Acute stress disorder (ASD) is a psychiatric diagnosis that can be given to individuals in the first month following a traumatic event. The symptoms that define ASD overlap with those for PTSD, although there are a greater number of dissociative symptoms for ASD, such as not knowing where you are or feeling as if you are outside of your body.
Because ASD is a relatively new diagnosis, research on the disorder is in the early stages. Rates range from 6% to 33% depending on the type of trauma:
Motor vehicle accidents: Rates of ASD range from approximately 13% 1,2 to 21% 3.
Typhoon: A study of survivors of a typhoon yielded an ASD rate of 7% 4.
Industrial accident: One study found a rate of 6% in survivors of an industrial accident 5.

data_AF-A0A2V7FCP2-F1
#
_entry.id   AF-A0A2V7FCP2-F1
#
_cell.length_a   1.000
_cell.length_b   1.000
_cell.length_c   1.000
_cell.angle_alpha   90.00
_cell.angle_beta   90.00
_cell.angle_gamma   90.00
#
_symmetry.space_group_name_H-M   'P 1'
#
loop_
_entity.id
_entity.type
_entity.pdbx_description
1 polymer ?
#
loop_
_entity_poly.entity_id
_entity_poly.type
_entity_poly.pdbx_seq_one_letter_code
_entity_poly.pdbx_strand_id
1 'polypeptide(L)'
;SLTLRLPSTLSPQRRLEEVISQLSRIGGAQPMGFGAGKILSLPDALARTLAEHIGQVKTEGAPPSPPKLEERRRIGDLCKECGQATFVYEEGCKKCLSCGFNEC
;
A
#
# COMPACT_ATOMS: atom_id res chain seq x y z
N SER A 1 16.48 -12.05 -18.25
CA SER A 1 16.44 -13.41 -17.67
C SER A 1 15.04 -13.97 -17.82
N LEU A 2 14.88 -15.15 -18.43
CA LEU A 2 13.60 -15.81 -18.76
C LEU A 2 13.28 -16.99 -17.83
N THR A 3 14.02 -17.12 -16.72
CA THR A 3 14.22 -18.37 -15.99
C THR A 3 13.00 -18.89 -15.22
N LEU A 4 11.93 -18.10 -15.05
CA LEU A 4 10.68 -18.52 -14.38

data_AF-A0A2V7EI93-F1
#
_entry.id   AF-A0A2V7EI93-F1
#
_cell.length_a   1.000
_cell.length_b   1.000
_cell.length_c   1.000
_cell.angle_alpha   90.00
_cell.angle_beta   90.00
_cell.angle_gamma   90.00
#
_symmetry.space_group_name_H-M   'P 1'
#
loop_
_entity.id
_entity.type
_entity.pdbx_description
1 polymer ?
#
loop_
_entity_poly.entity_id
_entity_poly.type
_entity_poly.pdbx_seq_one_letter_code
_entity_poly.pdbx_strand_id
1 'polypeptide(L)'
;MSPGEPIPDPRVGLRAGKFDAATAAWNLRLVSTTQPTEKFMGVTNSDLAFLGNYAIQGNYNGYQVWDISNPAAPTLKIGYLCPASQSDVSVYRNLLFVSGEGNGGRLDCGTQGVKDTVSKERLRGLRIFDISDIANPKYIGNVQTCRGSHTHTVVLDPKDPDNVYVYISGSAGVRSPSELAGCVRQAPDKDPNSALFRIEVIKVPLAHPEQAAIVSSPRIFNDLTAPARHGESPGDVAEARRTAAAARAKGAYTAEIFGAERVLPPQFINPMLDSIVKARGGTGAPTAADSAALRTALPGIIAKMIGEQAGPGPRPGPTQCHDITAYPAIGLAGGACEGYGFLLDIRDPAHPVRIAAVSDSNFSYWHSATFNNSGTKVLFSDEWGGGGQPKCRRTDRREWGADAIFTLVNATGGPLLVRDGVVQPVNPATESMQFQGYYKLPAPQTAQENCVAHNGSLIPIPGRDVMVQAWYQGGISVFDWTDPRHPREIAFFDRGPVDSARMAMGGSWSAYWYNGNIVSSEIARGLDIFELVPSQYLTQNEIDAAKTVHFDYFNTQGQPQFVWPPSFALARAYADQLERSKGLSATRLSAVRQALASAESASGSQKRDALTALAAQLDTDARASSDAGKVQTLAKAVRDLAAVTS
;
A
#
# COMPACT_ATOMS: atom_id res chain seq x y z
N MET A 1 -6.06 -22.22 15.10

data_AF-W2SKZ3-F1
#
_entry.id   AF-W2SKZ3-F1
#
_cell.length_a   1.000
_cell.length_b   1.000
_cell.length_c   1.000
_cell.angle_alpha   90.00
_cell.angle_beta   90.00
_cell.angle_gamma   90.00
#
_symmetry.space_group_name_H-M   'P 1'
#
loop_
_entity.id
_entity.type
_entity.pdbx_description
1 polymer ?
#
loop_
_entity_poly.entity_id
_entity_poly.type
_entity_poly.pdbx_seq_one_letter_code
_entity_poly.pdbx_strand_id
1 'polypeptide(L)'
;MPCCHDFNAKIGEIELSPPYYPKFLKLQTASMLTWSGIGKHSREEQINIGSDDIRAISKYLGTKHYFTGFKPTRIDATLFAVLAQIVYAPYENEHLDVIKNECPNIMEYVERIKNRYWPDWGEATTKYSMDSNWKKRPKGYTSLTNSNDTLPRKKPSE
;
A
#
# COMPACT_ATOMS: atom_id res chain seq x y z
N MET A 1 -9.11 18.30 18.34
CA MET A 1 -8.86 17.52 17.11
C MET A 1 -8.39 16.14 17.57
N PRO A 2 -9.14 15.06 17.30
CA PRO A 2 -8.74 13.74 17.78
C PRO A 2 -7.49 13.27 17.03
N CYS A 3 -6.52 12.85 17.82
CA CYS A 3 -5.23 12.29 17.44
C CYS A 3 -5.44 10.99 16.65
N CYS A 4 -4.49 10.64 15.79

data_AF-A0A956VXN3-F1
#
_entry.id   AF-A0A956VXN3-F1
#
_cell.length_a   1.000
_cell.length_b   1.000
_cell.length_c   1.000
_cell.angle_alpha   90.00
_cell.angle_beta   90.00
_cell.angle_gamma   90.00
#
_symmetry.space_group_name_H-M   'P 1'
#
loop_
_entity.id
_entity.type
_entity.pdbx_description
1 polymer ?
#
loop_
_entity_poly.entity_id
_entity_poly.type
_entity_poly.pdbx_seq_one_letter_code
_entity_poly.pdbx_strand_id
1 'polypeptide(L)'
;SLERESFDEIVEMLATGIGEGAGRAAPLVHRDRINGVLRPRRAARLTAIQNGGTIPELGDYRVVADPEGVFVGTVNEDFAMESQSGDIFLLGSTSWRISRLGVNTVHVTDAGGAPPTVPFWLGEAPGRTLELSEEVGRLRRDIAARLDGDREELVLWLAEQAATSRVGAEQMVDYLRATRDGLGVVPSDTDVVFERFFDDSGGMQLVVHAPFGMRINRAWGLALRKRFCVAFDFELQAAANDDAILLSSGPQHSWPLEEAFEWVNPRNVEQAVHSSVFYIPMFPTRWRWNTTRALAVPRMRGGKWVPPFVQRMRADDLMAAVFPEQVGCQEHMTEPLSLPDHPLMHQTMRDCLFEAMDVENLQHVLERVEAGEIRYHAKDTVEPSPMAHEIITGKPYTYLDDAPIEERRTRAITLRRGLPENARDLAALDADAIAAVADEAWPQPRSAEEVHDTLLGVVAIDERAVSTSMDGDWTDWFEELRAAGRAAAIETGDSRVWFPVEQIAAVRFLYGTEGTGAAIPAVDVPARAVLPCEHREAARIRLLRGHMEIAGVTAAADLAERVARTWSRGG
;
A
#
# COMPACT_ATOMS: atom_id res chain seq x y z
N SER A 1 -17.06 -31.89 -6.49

Violent assault: A rate of 19% was found in survivors of violent assault 6, and a rate of 13% was found among a mixed group consisting of survivors of assaults, burns, and industrial accidents 7. A recent study of victims of robbery and assault found that 25% met criteria for ASD 8, and a study of victims of a mass shooting found that 33% met criteria for ASD 9.
A few studies have examined factors that place individuals at risk for developing ASD.
One study found that individuals who (1) had experienced other traumatic events, (2) had PTSD previously, and (3) had prior psychological problems were all more likely to develop ASD as the result of a new traumatic stressor 10.
A study of motor vehicle accident survivors found that those individuals (1) with depression symptoms, (2) who had previous mental heath treatment, and (3) who had been in other motor vehicle accidents were more likely to have more severe ASD 11.
A final study suggests that people who dissociate when confronted with traumatic stressors may be more likely to develop ASD12.
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